Teens Demand “Teen Vogue” Stop Promoting Unrealistic Beauty Standards

Following protests, Seventeen magazine pledged not to alter models’ faces or body shapes with Photoshop and to portray a more diverse image of beauty in its pages. A group of teens is now asking Teen Vogue to do the same — and says Victoria’s Secret could be their next target. posted on

Following a well-organized and highly publicized protest by teenage women, Seventeen magazine has agreed not to Photoshop its models to unrealistic proportions and to use more realistic-looking models in its pages. Emboldened by their victory, teen girls from the same group that targeted Seventeen are asking the same of Teen Vogue.

Julia Bluhm, 14, drew attention from media outlets ranging from the New York Times to ABC News this week when Seventeen editor Ann Shoket agreed to her demands and unveiled the “Body Peace Treaty,” in which the magazine pledged to “Never change girls’ body or face shapes” and “always feature real girls and models who are healthy.”

But next to that statement was the parenthetical, “Never have, never will.” If they “never have” altered a model’s face or body via Photoshop, what is the point of much of this “treaty”? Whatever that parenthetical padding meant, Seventeen is only one magazine, and the girls who mobilized to get it to change its ways know other media outlets will have to change their ways too for women’s media as a whole to reform.

Bluhm is part of a network of young feminist activists called SPARK Summit, a collective of bloggers around the country fighting the sexualization of young women in the media. Two of her fellow bloggers, Emma Stydahar and Carina Cruz, both 17, have just launched the petition demanding the same of Teen Vogue on Change.org. They say they’re targeting these teen magazines because they’re the two big ones still standing after the recession, which saw the loss of a slew of print titles for teen girls (including Teen, Elle Girl, YM and Teen People).

Stydahar, who is entering her senior year of high school, said she read Teen Vogue from fifth through seventh grades. “I guess I was sort of looking for a passion and I thought maybe fashion would be that, but reading those magazines were really difficult,” she says. “I just remember looking through the pages and thinking, I really wish I had her legs, I really wish I had a waist like that, I really wish my boobs would be that big — but it was never, ‘oh she’s pretty, she kind of looks like me.’ Never.”

Indeed, super-white, super-thin has been the ideal in the fashion industry — on runways and in magazines — for many years. Every so often, a curvy model like Crystal Renn becomes a star, but women like her are the exception to the rule. And you can pretty much guarantee that unless fashion magazines boast a certain spread contains “no retouching” that every image in there has been digitally altered in some way. “These Photoshopped images are extremely dangerous to girls like us who read them, because they keep telling us: you are not skinny enough, pretty enough or perfect enough,” reads the Teen Vogue petition — which has nearly 15,000 signatures at press time. “We are demanding that teen magazines stop altering natural bodies and faces so that real girls can be the new standard of beauty.”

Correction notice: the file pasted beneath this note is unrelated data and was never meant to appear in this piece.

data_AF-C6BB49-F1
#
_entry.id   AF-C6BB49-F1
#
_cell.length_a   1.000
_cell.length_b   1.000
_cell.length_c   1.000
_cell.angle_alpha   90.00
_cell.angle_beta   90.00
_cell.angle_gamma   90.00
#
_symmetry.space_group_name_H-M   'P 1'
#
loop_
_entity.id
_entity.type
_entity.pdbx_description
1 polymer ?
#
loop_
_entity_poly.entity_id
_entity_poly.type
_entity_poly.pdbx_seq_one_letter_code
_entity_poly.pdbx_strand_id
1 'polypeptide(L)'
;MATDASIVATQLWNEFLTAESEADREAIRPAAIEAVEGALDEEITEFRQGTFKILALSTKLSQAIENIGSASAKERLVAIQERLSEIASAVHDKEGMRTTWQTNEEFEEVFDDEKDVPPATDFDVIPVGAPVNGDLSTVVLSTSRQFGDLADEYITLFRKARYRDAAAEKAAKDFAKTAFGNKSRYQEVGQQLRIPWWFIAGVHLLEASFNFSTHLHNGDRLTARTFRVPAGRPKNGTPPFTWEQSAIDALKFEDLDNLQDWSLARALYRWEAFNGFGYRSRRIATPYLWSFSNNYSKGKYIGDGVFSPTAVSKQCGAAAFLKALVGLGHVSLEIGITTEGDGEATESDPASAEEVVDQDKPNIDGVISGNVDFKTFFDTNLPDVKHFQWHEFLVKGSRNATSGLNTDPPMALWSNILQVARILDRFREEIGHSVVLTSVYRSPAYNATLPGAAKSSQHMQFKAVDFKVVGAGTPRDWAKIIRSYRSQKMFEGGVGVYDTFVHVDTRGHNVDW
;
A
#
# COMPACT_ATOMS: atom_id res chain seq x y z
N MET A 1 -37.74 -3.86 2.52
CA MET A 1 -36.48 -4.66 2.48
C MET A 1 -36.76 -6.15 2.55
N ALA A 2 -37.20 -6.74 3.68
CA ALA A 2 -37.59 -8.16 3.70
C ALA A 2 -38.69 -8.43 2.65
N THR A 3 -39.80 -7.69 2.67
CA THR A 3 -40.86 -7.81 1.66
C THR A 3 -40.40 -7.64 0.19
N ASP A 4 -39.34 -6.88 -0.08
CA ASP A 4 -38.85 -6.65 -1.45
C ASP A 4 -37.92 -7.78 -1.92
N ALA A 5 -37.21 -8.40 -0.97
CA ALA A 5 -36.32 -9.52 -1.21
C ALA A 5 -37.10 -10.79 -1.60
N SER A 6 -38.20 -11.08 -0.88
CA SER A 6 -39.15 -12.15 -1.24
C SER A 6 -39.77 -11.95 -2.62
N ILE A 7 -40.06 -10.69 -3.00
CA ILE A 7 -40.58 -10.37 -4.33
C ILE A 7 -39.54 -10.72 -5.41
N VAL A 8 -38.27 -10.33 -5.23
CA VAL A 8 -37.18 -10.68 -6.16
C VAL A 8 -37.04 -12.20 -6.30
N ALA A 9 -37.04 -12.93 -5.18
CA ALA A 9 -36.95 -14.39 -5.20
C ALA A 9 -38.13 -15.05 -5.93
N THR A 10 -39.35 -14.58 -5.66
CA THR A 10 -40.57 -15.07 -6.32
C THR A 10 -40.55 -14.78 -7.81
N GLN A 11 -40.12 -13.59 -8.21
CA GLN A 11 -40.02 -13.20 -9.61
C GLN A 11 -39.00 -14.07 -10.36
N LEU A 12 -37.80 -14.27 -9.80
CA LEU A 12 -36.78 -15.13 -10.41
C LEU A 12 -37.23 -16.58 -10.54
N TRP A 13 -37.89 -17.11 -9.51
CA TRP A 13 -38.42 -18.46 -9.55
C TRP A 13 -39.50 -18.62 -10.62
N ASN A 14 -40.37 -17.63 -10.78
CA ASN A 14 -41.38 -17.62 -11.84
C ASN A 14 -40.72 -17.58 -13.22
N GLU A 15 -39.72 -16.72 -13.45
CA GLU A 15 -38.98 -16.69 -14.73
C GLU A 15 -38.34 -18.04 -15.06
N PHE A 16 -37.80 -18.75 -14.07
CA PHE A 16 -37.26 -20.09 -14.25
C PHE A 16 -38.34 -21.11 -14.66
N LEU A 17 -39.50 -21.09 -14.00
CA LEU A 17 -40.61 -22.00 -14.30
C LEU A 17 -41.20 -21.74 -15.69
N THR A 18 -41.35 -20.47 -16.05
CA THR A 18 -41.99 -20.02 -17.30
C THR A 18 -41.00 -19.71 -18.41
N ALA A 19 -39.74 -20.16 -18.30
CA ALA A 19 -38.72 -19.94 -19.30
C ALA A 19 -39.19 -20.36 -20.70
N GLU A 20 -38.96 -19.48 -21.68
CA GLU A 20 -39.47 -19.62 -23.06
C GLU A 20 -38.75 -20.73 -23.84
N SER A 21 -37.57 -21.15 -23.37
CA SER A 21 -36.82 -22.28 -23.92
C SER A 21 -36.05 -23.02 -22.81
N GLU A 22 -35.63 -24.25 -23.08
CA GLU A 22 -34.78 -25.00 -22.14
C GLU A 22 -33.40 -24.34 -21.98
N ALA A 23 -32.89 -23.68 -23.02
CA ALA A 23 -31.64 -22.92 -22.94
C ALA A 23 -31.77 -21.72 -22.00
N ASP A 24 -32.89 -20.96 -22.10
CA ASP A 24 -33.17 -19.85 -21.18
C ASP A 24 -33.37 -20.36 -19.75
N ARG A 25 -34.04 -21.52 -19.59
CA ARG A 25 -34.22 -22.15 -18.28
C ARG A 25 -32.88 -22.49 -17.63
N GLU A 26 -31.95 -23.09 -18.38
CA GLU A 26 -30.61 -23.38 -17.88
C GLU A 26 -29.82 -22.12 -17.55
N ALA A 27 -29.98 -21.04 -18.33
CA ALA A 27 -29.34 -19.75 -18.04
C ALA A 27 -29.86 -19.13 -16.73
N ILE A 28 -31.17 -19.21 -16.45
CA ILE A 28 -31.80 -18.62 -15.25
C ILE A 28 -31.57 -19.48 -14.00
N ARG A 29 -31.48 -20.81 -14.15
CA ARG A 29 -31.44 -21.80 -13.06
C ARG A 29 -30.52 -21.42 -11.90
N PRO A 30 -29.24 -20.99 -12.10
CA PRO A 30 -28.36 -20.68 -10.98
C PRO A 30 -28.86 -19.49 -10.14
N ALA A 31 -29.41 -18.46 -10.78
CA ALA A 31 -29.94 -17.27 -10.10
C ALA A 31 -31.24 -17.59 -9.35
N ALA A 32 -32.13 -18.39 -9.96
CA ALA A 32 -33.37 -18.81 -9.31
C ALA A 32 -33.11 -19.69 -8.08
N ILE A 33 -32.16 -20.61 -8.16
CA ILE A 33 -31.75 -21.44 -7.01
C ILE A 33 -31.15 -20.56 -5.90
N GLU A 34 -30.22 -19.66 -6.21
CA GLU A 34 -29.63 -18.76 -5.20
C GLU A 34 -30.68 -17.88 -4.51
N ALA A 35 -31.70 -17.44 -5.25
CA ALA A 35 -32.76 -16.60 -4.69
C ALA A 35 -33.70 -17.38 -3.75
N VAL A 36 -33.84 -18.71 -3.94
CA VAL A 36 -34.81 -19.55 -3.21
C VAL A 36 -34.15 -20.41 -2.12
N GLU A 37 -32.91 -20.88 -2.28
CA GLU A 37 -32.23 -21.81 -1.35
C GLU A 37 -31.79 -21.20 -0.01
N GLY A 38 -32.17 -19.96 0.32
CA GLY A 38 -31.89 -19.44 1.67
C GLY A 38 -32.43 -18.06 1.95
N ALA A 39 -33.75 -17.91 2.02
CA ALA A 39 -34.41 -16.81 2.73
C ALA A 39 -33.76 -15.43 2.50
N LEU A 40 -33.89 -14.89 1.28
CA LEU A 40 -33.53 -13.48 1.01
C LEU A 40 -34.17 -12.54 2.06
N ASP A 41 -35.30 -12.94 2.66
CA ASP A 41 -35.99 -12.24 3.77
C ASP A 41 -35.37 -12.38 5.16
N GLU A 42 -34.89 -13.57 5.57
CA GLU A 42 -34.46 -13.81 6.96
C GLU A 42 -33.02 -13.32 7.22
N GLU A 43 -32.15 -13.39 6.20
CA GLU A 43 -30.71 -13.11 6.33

Cruz hopes to get the media to change their ways before they leave another generation of young women with the body image issues she struggles with. “I’ve always struggled with weight and not having a role model to look up to in the pages of a magazine,” says Cruz, who attends high school in Manhattan with Stydahar. She wishes teen magazines photographed more women like Queen Latifah, a “strong woman of color” whom she finds tremendously inspiring. “She’s done all these makeup commercials,” Cruz notes. “They obviously put her in this role because she’s beautiful. And we don’t get that a lot — a woman of color of her size.”

Cruz said she knew Teen Vogue would be the next target after Seventeen. Both she and Stydahar applauded adult Vogue’s recent “Health Initiative” pact across international titles not to photograph models under the age of 16 or who “appear” to have eating disorders, and cited it as a reason for not going after Vogue.

As of Thursday evening, neither Cruz nor Stydahar had heard from Teen Vogue. The magazine was unable to comment for this article Friday because editor-in-chief Amy Astley is out of town. Stydahar suggested that if Teen Vogue “doesn’t comply” with their demands, they’ll stage a protest similar to the one staged outside of the Seventeen offices in April.

And no matter what happens with Teen Vogue, it doesn’t sound like this group of young, self-proclaimed feminists will stop there. Cruz said the Spark community had started talking on Facebook about Victoria’s Secret: “Maybe we’ll do a petition against that.”

“A lot of people believe in this message that white and skinny is the most beautiful thing, and people continue to buy these magazines, and we need to get people to realize that this isn’t right,” says Cruz. “I’ve heard many times a publicist is like, ‘That’s what sells and that’s why we put it in our magazines.’ But people need to realize that just because it sells, that doesn’t mean that it’s doing good.”

An editorial from the July issue of Teen Vogue.

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